The natural monopoly theory is  a myth.  This theory supposes that competition cannot persist in a given industry, but the theory is refuted by the fact that competition in electric utility has persisted for many decades in dozens of US cities.  Thomas DiLorenzo, Economics Professor at Loyola University and senior faculty at the Mises Institute, noted in an essay, “It is a myth that natural-monopoly theory was developed first by economists, and then used by legislators to “justify” franchise monopolies. The truth is that the monopolies were created decades before the theory was formalized by intervention-minded economists, who then used the theory as an ex post rationale for government intervention.”

DiLorenzo continued on to cite examples of competition yielding better purchasing power for the consumer than “monopoly,” such as:

  • Arizona political authorities allowed Cargill, Inc. to buy power from anywhere in the West; the company expects to save $8 million per year;
  • The Ormet Corporation, an aluminum smelter in West Virginia, obtained state permission to solicit competitive bids from 40 electric utilities;
  • When the Tennessee Valley Authority (TVA) was faced with competition from Duke Power in 1988, it managed to hold its rates steady without an increase for the next several years;
  • California is transforming its electric utility industry “from a monopoly controlled by a handful of publicly held utilities to an open market”;
  • Wisconsin Public Service commissioner Scott Neitzel recently declared, “free markets are the best mechanism for delivering to the consumer … the best service at the lowest cost”;
  • Alcan Aluminum Corp. in Oswego, New York has taken advantage of technological breakthroughs that allowed it to build a new power generating plant next to its mill, cutting its power costs by two-thirds. Niagara Mohawk, its previous (and higher-priced) power supplier, is suing the state to prohibit Alcan from using its own power.

In his 1986 book Direct Utility Competition: The Natural Monopoly Myth, economist Walter Primeaux, who had studied electric utility competition for more than 20 years, discovered that: 1) direct rivalry between two competing firms has existed for very long periods of time — for over 80 years in some cities, 2) the rival electric utilities compete vigorously through prices and services, 3) customers have gained substantial benefits from the competition, 4) costs are actually lower where there are two firms operating, and 5) any consumer satisfaction problems caused by dual power lines are considered by consumers to be less significant than the benefits from competition.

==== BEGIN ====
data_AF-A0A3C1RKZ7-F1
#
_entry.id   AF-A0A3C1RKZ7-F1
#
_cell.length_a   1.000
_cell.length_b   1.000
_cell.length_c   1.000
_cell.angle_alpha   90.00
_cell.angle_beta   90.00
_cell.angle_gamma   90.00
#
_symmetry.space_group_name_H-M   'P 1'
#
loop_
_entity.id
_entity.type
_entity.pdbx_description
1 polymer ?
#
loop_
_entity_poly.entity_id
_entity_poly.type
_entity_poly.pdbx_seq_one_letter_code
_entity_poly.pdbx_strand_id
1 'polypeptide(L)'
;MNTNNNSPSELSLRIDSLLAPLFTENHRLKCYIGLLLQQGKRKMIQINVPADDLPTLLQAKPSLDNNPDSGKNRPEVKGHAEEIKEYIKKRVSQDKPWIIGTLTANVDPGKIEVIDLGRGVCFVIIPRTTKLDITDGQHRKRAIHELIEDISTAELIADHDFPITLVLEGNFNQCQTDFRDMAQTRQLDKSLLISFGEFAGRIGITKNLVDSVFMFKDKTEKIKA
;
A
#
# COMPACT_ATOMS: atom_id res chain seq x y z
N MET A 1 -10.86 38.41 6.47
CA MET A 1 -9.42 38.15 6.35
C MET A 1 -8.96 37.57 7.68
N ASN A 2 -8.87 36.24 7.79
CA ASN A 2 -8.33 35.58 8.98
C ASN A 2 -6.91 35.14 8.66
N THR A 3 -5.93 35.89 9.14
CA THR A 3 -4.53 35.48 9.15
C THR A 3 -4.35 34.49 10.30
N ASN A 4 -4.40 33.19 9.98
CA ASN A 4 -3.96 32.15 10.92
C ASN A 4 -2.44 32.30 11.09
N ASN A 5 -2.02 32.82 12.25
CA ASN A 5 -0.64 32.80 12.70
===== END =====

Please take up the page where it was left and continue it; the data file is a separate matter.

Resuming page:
The question becomes, what is the goal of operating the FPUA in its current capacity?

I want to be clear here.  I am not challenging the FPUA, the City, or any of the individuals.  I am challenging the false logic that monopolies created by the use of force by government decree are wise, efficient, and serve the public’s best interest.   In fact, a good idea never needs the force of government.   In order to solve our pressing problems, we have to engage in honest dialogue.  And certainly, offering the same solutions to the same problems yields more of the same problems, only compounded.

If the goal is to maintain the status quo, not rocking the boat, and/or protecting the existing revenue transfer to the City, then continue the path we’ve been heading.

If the goal is indeed to serve the best interest of the public by offering a quality good or service at an affordable price, eliminating the monopoly franchise of the FPUA and encouraging competition is the correct avenue.  Lower costs of living for residents will spur more spending in the local economy; and lower operational costs for businesses will allow more investment into expansion for existing businesses while encouraging new businesses to relocate in our community.

I believe you originally ran for office to truly make a difference and serve the public’s interest.  It just so happens that our society has long attempted to overturn laws of economics.  We cannot overturn laws of physics because we would like to, the same is true for laws of economics.

Restoring the utility market may seem to be a difficult path.  There is a maze of existing commitments and contracts standing in the way.  It is important to consider why it is difficult, the continued struggle to practice this failed theory.

I ask that you support the constituents that elected you by restoring competition in the utility markets.

I thank you for your consideration of this information.

Source: Open Letter to Ft. Pierce Commissioners on the Dangers of Monopoly Franchises – The Liberty Caucus